Plastic Surgery: Case Studies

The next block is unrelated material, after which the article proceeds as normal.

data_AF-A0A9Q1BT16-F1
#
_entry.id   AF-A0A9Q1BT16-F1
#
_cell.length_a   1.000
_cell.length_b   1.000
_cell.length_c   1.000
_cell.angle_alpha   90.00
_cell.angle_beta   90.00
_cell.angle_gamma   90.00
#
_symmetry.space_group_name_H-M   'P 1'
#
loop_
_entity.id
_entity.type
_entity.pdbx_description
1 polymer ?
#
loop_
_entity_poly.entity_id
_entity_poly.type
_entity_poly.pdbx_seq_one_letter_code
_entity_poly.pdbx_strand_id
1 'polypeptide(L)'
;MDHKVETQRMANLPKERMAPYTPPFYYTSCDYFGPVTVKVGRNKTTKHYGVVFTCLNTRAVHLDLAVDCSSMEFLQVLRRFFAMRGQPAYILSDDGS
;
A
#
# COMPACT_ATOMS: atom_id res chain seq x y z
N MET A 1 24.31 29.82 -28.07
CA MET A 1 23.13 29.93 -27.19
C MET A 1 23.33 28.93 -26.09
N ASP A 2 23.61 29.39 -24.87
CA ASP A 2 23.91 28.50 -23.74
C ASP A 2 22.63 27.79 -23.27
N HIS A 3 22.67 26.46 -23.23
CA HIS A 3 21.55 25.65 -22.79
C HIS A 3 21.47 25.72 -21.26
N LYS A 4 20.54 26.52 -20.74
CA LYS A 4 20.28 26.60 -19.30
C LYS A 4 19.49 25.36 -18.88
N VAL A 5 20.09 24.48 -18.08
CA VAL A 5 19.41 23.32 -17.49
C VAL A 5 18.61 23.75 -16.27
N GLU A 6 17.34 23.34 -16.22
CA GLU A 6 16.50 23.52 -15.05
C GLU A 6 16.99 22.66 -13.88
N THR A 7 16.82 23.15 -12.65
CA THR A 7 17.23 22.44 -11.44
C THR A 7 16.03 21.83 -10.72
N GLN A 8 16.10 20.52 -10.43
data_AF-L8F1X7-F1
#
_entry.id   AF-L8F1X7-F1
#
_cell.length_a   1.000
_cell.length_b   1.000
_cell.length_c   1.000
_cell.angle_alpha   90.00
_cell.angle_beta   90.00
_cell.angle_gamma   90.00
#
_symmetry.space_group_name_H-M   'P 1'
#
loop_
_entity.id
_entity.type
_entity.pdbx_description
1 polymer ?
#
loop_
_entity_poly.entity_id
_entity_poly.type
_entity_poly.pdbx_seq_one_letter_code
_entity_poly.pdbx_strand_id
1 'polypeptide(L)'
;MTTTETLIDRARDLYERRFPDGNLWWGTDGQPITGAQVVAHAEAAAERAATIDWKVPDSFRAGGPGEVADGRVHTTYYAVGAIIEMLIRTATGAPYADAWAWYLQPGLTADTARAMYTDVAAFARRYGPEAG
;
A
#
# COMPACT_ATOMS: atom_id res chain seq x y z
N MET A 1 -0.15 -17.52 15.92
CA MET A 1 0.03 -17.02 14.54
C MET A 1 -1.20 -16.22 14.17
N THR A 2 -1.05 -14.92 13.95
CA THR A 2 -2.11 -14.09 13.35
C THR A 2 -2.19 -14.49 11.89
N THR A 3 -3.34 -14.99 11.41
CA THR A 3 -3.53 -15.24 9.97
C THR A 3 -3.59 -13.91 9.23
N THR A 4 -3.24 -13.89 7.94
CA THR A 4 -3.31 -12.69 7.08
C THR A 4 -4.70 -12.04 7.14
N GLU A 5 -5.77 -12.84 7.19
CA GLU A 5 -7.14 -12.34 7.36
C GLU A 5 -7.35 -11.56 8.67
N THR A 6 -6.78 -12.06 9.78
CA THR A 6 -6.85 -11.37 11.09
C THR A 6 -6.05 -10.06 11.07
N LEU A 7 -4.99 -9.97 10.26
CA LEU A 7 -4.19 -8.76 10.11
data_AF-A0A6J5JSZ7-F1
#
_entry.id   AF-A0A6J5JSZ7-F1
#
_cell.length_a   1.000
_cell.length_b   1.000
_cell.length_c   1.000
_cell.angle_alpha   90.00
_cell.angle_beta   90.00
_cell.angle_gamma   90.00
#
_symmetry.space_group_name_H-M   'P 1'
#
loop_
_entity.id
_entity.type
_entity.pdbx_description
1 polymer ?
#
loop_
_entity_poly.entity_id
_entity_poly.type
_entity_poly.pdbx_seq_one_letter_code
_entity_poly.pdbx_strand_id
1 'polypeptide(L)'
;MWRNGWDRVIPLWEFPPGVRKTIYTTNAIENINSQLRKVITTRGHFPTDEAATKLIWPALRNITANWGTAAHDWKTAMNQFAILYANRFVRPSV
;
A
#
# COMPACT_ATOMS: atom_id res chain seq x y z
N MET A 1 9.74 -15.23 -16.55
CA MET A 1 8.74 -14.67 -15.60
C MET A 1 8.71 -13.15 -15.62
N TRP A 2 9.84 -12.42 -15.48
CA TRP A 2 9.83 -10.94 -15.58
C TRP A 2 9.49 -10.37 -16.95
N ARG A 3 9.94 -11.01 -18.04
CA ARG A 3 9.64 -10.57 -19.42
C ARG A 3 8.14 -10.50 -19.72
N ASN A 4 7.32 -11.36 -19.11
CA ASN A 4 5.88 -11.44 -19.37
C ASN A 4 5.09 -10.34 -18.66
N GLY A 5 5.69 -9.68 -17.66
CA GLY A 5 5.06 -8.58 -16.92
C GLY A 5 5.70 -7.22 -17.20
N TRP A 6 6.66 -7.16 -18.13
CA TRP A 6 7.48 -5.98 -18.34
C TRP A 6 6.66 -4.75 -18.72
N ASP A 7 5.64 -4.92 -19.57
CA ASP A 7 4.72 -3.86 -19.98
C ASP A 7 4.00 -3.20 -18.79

Legal education is the education of individuals in the principles, practices, and theory of law. It may be undertaken for several reasons, including to provide the knowledge and skills necessary for admission to legal practice in a particular jurisdiction, to provide a greater breadth of knowledge to those working in other professions such as politics or business, to provide current lawyers with advanced training or greater specialisation, or to update lawyers on recent developments in the law. Early Western legal education emerged in Republican Rome. Initially those desiring to be advocates would train in schools of rhetoric. Around the third century BCE Tiberius Coruncanius began teaching law as a separate discipline. His public legal instruction had the effect of creating a class of legally skilled non-priests (jurisprudentes), a sort of consultancy. After Coruncanius' death, instruction gradually became more formal, with the introduction of books on law beyond the then scant official Roman legal texts.[2] It is possible that Coruncanius allowed members of the public and students to attend consultations with citizens in which he provided legal advice. These consultations were probably held outside the College of Pontiffs, and thus accessible to all those interested. Canon and ecclesiastical law were studied in universities in medieval Europe. However, institutions providing education in the domestic law of each country emerged later in the eighteenth century. In England, legal education emerged in the late thirteenth century through apprenticeships. The Inns of Court controlled admission to practice and also provided some legal training. English universities had taught Roman and canon law for some time, but formal degrees focused on the native common law did not emerge until the 1800s

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